War, peace, inflation
A look at the day ahead in markets from Sujata Rao. Feb 16 was when Russia was meant to invade Ukraine, according to the White House, but Moscow's signals that it was pulling back some troops massed at Ukraine's borders lifted Wall Street on Tuesday and fuelled a selloff in safe-haven Treasuries and German Bunds.
Market gains are extending into Wednesday -- Japan's Nikkei rose 2.2% and European bourses open higher, yet U.S. equity futures show renewed signs of caution.
There are, of course, other ways of waging war; Ukraine blamed Russia for a series of cyber attacks that hit it on Tuesday. And note, Russia's parliament asked President Putin to recognise two Moscow-backed eastern Ukrainian breakaway regions as independent .
Economic data releases and central banks are also occupying markets. Those hoping for signs of inflation peaking will have been dismayed by the latest UK and U.S. readings. British consumer prices rose at the fastest annual pace in nearly 30 years last month, edging up from December
That comes a day after Tuesday's U.S. data showed core factory gate inflation -- the cost for producers after stripping out food and energy -- posting its biggest gain in a year.
The prospect of front-loaded, aggressive rate hikes has dramatically flattened bond curves, with the gap between two-year and 10-year UK gilt yields a whisker off turning negative -- the so-called inversion that often portends an economic slump.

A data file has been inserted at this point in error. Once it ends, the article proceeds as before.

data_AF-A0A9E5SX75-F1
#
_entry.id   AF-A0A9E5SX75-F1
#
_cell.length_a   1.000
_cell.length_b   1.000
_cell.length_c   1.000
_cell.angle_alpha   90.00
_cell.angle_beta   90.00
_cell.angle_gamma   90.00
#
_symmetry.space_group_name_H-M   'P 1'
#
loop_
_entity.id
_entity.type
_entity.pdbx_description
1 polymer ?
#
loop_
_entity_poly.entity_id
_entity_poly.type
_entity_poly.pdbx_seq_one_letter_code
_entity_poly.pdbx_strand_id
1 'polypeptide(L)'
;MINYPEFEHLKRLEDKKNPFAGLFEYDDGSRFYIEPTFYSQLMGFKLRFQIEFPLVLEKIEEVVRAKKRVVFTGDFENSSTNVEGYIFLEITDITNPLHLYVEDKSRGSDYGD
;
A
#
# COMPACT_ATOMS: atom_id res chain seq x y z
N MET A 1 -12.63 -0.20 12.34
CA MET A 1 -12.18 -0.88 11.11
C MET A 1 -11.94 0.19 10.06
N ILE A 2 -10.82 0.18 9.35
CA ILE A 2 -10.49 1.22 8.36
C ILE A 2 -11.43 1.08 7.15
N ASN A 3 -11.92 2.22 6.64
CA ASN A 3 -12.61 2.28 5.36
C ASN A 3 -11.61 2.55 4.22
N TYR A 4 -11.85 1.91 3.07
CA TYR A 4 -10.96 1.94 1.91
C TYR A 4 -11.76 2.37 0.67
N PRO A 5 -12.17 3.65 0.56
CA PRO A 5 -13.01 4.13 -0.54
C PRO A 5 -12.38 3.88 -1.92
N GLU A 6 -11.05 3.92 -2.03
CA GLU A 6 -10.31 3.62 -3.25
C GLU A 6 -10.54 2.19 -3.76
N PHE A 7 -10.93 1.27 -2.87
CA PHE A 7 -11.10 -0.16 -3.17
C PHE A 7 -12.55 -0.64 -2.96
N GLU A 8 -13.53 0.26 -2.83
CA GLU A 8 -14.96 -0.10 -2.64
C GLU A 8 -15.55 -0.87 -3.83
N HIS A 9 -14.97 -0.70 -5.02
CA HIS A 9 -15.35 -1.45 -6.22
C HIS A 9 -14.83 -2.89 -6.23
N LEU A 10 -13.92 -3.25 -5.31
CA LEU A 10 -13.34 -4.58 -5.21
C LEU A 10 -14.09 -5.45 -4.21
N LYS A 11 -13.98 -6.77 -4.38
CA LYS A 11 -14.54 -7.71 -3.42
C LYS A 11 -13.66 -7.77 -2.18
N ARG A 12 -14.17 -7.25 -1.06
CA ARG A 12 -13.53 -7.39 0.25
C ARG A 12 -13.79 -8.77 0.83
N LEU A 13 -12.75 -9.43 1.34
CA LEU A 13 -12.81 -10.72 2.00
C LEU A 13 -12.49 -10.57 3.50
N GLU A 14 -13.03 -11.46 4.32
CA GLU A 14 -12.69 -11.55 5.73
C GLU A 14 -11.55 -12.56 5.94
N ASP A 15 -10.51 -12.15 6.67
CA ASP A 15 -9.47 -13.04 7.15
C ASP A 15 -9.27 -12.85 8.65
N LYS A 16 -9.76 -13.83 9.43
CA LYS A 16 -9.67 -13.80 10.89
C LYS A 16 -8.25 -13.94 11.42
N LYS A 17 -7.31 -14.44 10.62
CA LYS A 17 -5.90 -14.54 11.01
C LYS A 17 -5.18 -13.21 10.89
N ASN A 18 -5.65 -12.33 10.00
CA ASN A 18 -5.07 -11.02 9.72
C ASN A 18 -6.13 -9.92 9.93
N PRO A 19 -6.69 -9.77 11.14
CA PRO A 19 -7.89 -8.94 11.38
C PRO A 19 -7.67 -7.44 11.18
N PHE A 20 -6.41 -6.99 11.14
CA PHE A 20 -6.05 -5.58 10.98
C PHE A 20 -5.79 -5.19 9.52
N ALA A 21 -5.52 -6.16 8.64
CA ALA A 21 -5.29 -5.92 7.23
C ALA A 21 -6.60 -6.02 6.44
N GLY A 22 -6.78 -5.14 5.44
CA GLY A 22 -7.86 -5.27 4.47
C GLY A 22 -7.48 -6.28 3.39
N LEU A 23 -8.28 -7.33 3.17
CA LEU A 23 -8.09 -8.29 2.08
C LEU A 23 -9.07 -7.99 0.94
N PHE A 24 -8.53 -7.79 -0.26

The U.S. Treasury yield curve steepened back on Tuesday as receding war fears lifted 10-year yields, but a day earlier it was the narrowest since mid-2020. For some, the state of the curve is a sign that central banks have fallen behind in their inflation fight and must act faster with policy tightening to catch up.
So all eyes now on minutes from the U.S. Federal Reserve's last meeting. They could show whether policymakers will lean towards a larger half-point rate rise at its March meeting, or whether they favour moving faster with selling the Fed's bond holdings to tighten financial conditions.
Key developments that should provide more direction to markets on Wednesday: -China's inflation slows, leaving room for policy easing -ECB's Schnabel, Villeroy eye end of stimulus scheme -NATO defence ministers meet in Brussels for two-day summit -U.S. retail sales/industrial production/inventories -U.S. Treasury 20-year bond auction -Fed minutes from Jan. 25-26 meeting -U.S. earnings: Kraft Heinz, Cisco, AIG, Nvidia, Marathon European earnings: Ahold, Alcom, Clariant, EDP, Standard Chartered, Heineken, Carrefour, Reckit Benckiser
Treasury yield curve Link
Reporting by Sujata Rao; editing by Karin Strohecker
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